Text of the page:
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June 2021, No. 97


Election

Stability, Reliability & Security


Politicians who pursue the so-called liquidity to production policy, given the small size and special function of banks reserves with the Central Bank of Iran (CBI) and other assets of the banking system, should generally seek to remove lending from the banking sector. They now have bank credit and transfer it to sectors they believe are more productive. This group of politicians seems to believe that the credit granted by the banking system in its current form does not have the desired productive capacity and job creation, and therefore they want to change it or, in their own words, are in favor of direct liquidity to production. These politicians claim that the banking system allocates more deposits to unproductive affairs (known as brokerage) in order to make higher profits; While it should direct deposit resources more to the productive sectors.

However, such a claim is untrue and a large part of the credit granted by banks in industry, mining, agriculture, electricity, water, gas, transportation and road construction, infrastructure and municipal services, housing, small and medium-sized businesses, the purchase of durable goods by the people, technical and engineering services, working capital of production sectors and the like are invested, but if we also assume such a claim is correct, a simple answer in this regard is that according to the law, the interest-free banking as a depositors client is obliged to allocate the best investment options; Therefore, banks are required to use deposits in the most profitable options.

But a deeper and more serious answer in this regard is that the proponents of the policy of directing bank deposits to production, known as directing liquidity to production, implicitly pursue such a policy because they think that there is a great demand for investment in production sectors but the sources of capital and, the so-called liquidity do not reach the investors of those sectors.

There is ample evidence to suggest the opposite. In other words, there is no serious shortage in the Iranian economy in the field of bank deposits and consequently capital resources. In addition, due to the existence of foreign exchange earnings from the sale of oil and gas, compared to other countries, Iran in terms of access to capital resources is in a better condition. Nonetheless, demand for productive investments (not demand for resources) is very low. One of the important signs of this is the trend of gross domestic fixed capital formation during the last 60 years in the Iranian economy.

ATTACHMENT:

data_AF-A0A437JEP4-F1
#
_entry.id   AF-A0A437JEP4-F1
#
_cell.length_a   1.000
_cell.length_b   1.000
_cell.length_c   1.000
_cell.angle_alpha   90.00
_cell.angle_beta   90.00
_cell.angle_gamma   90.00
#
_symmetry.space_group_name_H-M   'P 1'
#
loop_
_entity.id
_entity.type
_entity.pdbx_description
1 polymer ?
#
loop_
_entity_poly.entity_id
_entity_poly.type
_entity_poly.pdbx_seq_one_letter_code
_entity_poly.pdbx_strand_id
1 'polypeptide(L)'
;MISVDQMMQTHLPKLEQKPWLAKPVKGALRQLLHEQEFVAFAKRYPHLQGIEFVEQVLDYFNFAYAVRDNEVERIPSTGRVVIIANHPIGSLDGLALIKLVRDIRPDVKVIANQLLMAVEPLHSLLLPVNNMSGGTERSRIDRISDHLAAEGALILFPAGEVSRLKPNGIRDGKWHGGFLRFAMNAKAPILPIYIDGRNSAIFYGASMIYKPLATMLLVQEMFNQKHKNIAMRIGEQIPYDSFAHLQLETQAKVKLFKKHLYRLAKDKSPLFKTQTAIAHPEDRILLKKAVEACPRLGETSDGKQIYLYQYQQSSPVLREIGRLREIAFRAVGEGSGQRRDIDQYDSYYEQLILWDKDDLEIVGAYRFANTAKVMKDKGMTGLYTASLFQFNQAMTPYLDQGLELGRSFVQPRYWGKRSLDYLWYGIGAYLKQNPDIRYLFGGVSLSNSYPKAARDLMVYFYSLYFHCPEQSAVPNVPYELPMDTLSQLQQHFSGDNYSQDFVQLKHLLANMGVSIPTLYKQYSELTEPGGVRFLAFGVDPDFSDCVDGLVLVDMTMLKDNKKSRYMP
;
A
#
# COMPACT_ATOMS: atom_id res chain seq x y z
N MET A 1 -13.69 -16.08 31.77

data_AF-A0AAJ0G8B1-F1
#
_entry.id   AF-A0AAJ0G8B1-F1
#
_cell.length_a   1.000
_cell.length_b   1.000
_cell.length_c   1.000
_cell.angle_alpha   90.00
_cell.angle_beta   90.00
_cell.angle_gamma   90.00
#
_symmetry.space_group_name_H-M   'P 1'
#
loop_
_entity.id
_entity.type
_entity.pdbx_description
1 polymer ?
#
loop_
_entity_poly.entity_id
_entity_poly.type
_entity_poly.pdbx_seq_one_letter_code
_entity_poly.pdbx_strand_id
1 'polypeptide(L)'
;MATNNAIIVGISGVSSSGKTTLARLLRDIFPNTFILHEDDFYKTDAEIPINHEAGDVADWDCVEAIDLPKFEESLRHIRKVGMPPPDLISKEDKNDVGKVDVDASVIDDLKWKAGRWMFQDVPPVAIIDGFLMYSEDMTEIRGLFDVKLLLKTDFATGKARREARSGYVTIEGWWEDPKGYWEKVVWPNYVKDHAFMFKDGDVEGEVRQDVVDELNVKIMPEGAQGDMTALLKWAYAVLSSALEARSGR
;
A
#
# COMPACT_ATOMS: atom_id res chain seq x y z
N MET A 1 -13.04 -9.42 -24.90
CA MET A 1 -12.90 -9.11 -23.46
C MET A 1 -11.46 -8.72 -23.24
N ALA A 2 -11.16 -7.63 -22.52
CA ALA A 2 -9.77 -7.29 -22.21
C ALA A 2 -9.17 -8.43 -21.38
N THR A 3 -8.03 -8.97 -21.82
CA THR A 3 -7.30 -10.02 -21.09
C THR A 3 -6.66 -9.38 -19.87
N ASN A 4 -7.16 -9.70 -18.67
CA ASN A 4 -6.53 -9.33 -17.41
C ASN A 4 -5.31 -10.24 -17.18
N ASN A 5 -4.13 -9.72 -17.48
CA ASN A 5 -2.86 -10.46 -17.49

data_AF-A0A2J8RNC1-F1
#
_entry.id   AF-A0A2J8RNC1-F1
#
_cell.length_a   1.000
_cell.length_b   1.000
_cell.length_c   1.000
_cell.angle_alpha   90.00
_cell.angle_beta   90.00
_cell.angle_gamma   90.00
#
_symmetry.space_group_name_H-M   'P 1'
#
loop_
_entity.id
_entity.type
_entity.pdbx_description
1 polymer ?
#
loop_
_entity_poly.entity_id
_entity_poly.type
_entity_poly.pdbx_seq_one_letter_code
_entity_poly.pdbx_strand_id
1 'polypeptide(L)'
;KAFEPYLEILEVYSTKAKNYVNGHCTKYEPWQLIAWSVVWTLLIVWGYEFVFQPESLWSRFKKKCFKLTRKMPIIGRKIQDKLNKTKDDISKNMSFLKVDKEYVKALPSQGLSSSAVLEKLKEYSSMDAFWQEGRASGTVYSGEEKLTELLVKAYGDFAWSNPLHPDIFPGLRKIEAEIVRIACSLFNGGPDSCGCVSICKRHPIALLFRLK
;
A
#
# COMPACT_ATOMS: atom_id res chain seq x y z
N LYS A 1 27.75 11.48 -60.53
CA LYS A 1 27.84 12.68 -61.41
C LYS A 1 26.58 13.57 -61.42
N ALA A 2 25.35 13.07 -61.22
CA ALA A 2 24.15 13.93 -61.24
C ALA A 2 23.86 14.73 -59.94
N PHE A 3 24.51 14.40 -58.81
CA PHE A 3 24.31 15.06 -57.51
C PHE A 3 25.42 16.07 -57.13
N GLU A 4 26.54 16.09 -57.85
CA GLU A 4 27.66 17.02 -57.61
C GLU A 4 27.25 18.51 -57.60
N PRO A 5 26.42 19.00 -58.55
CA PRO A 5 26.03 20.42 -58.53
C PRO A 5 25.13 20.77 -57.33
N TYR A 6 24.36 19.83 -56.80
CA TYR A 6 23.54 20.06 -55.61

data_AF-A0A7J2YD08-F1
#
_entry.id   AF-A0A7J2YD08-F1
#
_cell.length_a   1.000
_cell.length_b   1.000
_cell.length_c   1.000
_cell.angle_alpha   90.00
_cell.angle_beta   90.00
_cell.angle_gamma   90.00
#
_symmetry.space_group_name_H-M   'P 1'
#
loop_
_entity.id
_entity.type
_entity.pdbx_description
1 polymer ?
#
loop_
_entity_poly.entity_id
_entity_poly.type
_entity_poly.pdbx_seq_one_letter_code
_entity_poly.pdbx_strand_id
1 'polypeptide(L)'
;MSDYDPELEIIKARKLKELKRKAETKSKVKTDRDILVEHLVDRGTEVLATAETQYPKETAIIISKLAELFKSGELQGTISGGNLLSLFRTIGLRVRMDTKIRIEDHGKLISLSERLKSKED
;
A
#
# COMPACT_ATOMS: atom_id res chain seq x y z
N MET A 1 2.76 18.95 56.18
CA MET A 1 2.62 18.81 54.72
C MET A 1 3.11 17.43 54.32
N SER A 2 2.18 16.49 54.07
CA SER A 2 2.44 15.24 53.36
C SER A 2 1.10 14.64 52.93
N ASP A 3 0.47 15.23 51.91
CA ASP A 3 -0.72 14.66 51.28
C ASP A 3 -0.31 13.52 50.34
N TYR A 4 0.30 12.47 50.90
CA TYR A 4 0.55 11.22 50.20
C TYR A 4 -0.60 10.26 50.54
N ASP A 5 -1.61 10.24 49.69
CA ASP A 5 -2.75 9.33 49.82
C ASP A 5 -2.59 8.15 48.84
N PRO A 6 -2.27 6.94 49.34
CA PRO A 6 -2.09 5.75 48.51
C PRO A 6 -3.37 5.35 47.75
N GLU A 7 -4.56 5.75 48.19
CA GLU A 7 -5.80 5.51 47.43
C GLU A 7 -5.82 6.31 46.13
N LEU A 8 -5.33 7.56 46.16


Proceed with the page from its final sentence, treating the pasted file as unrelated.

Investing in productive activities is long-term, so it requires stability, reliability and security in the macroeconomic and business environments. But in recent decades, the macroeconomic and business environments in Iran have faced chronic instability, uncertainty and insecurity. In such cases, the owners of the savings, instead of investing their resources in productive activities, enter the foreign exchange, coin, real estate, car or real and financial assets markets, or take their money out of the country to get rid of their savings from uncertainty. Keep in mind that this phenomenon manifests itself in the sharp decline in per capita gross fixed capital formation during this period. In other words, in the Iranian economy, the absorption of savings into unproductive activities is not merely a productive activity due to trade, but is the result of chronic instability, uncertainty and insecurity in the macroeconomic and business environments. Business, or the phenomenon that some refer to as speculation and the like, is itself the result of instability, uncertainty, and insecurity in the macroeconomic and business environments, not the cause or the diversion of resources from productive activities.

Therefore, the policy of directing bank deposits to production, known as directing liquidity to production, will not be effective until the great barrier of chronic instability, uncertainty and insecurity in the macroeconomic and business environments is removed from production. It may complicate the problem and lead to a further waste of resources, as it will lead businesses to resort to fictitious investments in productive sectors as a bait to trap allocated resources and as a platform to transfer those resources to unproductive activities. It is even safe to say that the failure of many economic policies adopted in recent decades in Iran in relation to production, including privatization, is rooted in the same chronic instability, uncertainty and insecurity in the macroeconomic and business environments.

Therefore, a good president for the current situation in Iran is someone who can minimize the chronic instability, uncertainty and insecurity in the macroeconomic and business environments in the country, and thus increase the real and not rent-seeking and cunning desire to invest in productive activities. In this way, many of the promises and slogans that politicians make during or outside the elections will be irrelevant, and the ground will be prepared for proper policy-making and the governments focus on matters that are its main task.

 

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  June 2021
No. 97